You don’t need to get a job in a library, bookstore, or college to find out about author events. Here are some ways you can start you own author chronicles:


Join the Friends group at your public library and you will most likely receive a regular newsletter about upcoming events. Some independent bookstores and colleges and universities have mailing lists as well. Ask.


Go to conferences. Authors are often selling their books, and you can get a signed copy.


Because writers like to, well, write, getting a personal response to correspondence from one is much more likely than it is with a movie star or sports celebrity. You can write to authors through their publishers who will forward your letters. It is also usually pretty easy to find them online to send e-mail. Tell them something specific you liked about their book. Douglas Cox is not a famous author, but when James and I found out he wrote a book called Paloma, which is our daughter’s name, we bought a copy and sent him a letter. We received a handwritten response, which is kept with the book. James also has a personal, handwritten, response from Robert Persig, author of the classic work Zen and the Art of Motorcycle Maintenance.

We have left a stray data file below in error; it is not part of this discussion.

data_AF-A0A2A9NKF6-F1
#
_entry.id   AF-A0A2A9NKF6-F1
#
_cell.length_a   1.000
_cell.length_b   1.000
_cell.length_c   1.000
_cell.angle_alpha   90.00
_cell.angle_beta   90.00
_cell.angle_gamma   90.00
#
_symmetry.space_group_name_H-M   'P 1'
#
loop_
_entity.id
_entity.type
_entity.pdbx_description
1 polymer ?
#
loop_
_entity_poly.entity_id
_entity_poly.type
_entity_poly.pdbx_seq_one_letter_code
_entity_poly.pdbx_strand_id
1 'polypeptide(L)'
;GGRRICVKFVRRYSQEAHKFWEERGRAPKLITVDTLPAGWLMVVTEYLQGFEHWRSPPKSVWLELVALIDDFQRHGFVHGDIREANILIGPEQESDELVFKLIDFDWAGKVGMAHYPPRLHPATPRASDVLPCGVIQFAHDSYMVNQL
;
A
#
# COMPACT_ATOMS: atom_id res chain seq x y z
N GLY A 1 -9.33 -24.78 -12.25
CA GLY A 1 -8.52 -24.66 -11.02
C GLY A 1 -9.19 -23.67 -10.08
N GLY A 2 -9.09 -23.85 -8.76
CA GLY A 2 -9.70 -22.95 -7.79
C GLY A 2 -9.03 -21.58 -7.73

Become an author yourself. The only way to become a good writer is to write. Start with journals, blogs, or a letter to the editor. Join a writer’s group to help you hone your craft and find out what venues for publishing are available to you.


Support authors by buying their books. If you cannot afford to purchase one yourself, ask your public library to buy one. Michael Pollan pointed out the sad truth that it really does not take selling many books to become a “bestseller”; people don’t really read much, so it is the rare author who is actually rich.


Next time you finish reading a book, take a minute to write a note to the author. You will likely soon have a story of your own to tell.